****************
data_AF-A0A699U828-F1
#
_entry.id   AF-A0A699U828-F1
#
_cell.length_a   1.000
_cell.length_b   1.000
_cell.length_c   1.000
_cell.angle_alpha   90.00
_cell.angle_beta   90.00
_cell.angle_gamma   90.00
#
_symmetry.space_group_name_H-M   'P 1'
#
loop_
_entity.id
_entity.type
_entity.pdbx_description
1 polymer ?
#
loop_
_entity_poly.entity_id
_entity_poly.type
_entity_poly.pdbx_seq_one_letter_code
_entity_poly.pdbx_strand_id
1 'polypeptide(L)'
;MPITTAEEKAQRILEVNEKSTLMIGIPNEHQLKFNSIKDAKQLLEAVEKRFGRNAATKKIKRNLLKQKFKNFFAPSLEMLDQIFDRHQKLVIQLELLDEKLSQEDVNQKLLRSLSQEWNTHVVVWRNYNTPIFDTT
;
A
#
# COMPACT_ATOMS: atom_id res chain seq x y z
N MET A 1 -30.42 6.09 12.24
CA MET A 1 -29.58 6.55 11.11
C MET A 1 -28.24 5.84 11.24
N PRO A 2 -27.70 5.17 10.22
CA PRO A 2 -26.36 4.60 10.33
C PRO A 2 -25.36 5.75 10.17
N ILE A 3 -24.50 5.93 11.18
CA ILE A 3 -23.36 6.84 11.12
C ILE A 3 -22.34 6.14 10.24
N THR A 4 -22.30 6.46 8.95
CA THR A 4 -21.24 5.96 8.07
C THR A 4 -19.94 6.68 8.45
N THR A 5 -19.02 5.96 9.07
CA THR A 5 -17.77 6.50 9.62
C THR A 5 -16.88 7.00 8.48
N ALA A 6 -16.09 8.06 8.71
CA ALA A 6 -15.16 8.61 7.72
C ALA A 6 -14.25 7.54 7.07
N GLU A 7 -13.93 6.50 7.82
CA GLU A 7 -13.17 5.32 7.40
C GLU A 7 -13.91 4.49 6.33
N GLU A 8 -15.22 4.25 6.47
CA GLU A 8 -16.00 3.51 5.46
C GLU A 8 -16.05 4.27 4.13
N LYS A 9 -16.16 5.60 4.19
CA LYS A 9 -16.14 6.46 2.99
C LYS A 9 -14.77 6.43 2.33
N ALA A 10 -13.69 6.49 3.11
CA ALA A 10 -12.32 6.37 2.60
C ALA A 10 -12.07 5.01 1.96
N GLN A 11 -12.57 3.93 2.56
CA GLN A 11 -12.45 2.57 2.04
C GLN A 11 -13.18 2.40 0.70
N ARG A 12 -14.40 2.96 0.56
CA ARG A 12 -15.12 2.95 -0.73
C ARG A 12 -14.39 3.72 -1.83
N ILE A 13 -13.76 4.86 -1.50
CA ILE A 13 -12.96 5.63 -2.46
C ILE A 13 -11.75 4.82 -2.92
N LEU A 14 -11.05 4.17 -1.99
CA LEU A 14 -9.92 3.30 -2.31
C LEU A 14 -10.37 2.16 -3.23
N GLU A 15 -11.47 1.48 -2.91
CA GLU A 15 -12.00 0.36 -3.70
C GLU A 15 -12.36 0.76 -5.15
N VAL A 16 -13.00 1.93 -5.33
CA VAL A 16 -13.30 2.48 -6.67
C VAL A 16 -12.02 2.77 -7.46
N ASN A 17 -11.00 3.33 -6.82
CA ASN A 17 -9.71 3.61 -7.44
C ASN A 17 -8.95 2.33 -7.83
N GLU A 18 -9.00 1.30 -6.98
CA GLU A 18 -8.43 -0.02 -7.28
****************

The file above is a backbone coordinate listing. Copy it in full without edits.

data_AF-A0A699U828-F1
#
_entry.id   AF-A0A699U828-F1
#
_cell.length_a   1.000
_cell.length_b   1.000
_cell.length_c   1.000
_cell.angle_alpha   90.00
_cell.angle_beta   90.00
_cell.angle_gamma   90.00
#
_symmetry.space_group_name_H-M   'P 1'
#
loop_
_entity.id
_entity.type
_entity.pdbx_description
1 polymer ?
#
loop_
_entity_poly.entity_id
_entity_poly.type
_entity_poly.pdbx_seq_one_letter_code
_entity_poly.pdbx_strand_id
1 'polypeptide(L)'
;MPITTAEEKAQRILEVNEKSTLMIGIPNEHQLKFNSIKDAKQLLEAVEKRFGRNAATKKIKRNLLKQKFKNFFAPSLEMLDQIFDRHQKLVIQLELLDEKLSQEDVNQKLLRSLSQEWNTHVVVWRNYNTPIFDTT
;
A
#
# COMPACT_ATOMS: atom_id res chain seq x y z
N MET A 1 -30.42 6.09 12.24
CA MET A 1 -29.58 6.55 11.11
C MET A 1 -28.24 5.84 11.24
N PRO A 2 -27.70 5.17 10.22
CA PRO A 2 -26.36 4.60 10.33
C PRO A 2 -25.36 5.75 10.17
N ILE A 3 -24.50 5.93 11.18
CA ILE A 3 -23.36 6.84 11.12
C ILE A 3 -22.34 6.14 10.24
N THR A 4 -22.30 6.46 8.95
CA THR A 4 -21.24 5.96 8.07
C THR A 4 -19.94 6.68 8.45
N THR A 5 -19.02 5.96 9.07
CA THR A 5 -17.77 6.50 9.62
C THR A 5 -16.88 7.00 8.48
N ALA A 6 -16.09 8.06 8.71
CA ALA A 6 -15.16 8.61 7.72
C ALA A 6 -14.25 7.54 7.07
N GLU A 7 -13.93 6.50 7.82
CA GLU A 7 -13.17 5.32 7.40
C GLU A 7 -13.91 4.49 6.33
N GLU A 8 -15.22 4.25 6.47
CA GLU A 8 -16.00 3.51 5.46
C GLU A 8 -16.05 4.27 4.13
N LYS A 9 -16.16 5.60 4.19
CA LYS A 9 -16.14 6.46 2.99
C LYS A 9 -14.77 6.43 2.33
N ALA A 10 -13.69 6.49 3.11
CA ALA A 10 -12.32 6.37 2.60
C ALA A 10 -12.07 5.01 1.96
N GLN A 11 -12.57 3.93 2.56
CA GLN A 11 -12.45 2.57 2.04
C GLN A 11 -13.18 2.40 0.70
N ARG A 12 -14.40 2.96 0.56
CA ARG A 12 -15.12 2.95 -0.73
C ARG A 12 -14.39 3.72 -1.83
N ILE A 13 -13.76 4.86 -1.50
CA ILE A 13 -12.96 5.63 -2.46
C ILE A 13 -11.75 4.82 -2.92
N LEU A 14 -11.05 4.17 -1.99
CA LEU A 14 -9.92 3.30 -2.31
C LEU A 14 -10.37 2.16 -3.23
N GLU A 15 -11.47 1.48 -2.91
CA GLU A 15 -12.00 0.36 -3.70
C GLU A 15 -12.36 0.76 -5.15
N VAL A 16 -13.00 1.93 -5.33
CA VAL A 16 -13.30 2.48 -6.67
C VAL A 16 -12.02 2.77 -7.46
N ASN A 17 -11.00 3.33 -6.82
CA ASN A 17 -9.71 3.61 -7.44
C ASN A 17 -8.95 2.33 -7.83
N GLU A 18 -9.00 1.30 -6.98
CA GLU A 18 -8.43 -0.02 -7.28